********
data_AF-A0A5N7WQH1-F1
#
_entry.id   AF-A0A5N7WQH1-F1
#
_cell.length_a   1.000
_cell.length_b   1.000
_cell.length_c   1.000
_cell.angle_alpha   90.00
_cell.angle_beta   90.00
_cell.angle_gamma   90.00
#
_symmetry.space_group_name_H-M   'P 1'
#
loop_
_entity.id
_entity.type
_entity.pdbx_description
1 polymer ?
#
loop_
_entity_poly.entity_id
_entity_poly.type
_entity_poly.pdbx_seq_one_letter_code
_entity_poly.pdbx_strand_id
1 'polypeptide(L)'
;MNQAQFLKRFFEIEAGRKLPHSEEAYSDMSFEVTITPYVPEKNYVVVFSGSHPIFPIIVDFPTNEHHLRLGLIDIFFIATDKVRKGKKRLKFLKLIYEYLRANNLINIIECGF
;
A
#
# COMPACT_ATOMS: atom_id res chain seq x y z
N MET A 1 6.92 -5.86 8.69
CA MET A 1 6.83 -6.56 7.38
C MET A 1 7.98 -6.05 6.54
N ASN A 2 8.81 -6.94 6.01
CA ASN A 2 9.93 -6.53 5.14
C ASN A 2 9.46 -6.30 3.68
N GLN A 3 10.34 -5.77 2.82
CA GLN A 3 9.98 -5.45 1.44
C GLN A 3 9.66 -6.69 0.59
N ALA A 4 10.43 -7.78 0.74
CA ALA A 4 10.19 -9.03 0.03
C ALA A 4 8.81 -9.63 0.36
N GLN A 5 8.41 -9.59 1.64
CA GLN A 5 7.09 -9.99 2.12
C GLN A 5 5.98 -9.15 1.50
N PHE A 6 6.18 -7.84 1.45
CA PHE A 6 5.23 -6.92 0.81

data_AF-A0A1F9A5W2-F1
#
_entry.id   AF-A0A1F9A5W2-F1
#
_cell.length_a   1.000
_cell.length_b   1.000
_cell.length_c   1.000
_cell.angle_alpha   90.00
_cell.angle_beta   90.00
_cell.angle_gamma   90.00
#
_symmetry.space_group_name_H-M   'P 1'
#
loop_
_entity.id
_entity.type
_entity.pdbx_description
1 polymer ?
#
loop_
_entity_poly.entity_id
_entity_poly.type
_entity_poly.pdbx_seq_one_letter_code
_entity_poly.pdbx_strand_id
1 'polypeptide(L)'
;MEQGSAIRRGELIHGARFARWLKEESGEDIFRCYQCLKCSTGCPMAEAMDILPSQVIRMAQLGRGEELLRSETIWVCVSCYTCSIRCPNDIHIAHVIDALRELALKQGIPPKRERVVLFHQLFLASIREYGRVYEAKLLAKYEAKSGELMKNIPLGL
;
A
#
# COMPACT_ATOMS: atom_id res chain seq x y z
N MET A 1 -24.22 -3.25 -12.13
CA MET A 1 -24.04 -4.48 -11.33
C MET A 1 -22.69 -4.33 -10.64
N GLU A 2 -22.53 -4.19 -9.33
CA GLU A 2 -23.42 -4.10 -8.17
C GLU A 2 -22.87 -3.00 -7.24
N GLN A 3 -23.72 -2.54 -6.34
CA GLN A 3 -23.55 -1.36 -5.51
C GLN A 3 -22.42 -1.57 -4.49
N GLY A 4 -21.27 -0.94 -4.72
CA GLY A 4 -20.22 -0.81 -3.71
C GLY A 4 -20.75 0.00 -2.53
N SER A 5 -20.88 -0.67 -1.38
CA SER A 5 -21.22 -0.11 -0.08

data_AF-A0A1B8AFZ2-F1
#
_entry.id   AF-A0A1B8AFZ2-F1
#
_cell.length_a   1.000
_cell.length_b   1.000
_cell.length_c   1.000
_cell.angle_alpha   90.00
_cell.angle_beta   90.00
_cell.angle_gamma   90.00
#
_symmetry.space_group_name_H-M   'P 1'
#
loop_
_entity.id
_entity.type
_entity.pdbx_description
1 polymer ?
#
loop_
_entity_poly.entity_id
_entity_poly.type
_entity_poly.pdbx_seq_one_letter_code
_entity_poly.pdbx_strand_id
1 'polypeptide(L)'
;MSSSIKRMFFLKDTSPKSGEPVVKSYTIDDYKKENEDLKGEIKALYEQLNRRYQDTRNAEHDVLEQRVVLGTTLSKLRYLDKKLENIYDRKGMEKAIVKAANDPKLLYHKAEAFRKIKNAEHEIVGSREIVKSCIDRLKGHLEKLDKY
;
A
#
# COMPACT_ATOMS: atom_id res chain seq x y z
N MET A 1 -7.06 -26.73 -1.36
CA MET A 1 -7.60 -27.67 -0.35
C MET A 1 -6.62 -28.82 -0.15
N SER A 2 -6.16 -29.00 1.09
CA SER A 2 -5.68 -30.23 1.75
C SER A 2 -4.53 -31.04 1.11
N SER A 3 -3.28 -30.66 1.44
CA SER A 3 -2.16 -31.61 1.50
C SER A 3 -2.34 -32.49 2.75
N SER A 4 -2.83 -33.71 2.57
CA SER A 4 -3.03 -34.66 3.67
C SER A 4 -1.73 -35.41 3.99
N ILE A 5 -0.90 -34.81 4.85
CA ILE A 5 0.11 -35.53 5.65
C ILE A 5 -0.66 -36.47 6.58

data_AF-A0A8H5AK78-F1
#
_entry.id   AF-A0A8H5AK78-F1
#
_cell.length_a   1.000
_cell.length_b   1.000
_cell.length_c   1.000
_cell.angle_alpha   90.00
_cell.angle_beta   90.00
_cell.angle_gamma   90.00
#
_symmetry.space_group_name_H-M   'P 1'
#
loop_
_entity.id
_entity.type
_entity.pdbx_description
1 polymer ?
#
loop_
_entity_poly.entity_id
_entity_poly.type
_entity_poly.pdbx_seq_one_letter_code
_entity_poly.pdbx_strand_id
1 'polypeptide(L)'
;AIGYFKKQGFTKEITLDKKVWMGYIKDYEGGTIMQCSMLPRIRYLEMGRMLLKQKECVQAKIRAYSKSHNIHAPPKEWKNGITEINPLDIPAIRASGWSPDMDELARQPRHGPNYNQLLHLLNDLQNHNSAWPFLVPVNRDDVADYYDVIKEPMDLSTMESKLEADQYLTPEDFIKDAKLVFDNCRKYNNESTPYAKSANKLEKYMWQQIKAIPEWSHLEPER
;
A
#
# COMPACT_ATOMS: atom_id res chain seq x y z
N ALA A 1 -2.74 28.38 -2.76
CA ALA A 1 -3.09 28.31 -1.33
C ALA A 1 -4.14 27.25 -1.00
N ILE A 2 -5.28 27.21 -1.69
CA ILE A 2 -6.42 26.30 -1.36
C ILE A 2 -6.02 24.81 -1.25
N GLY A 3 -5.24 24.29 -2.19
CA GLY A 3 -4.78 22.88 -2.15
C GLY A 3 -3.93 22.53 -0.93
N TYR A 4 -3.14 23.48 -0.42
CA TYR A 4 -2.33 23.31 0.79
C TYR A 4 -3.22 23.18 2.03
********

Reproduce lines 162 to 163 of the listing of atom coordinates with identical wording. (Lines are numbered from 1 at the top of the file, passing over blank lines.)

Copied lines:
;AIGYFKKQGFTKEITLDKKVWMGYIKDYEGGTIMQCSMLPRIRYLEMGRMLLKQKECVQAKIRAYSKSHNIHAPPKEWKNGITEINPLDIPAIRASGWSPDMDELARQPRHGPNYNQLLHLLNDLQNHNSAWPFLVPVNRDDVADYYDVIKEPMDLSTMESKLEADQYLTPEDFIKDAKLVFDNCRKYNNESTPYAKSANKLEKYMWQQIKAIPEWSHLEPER
;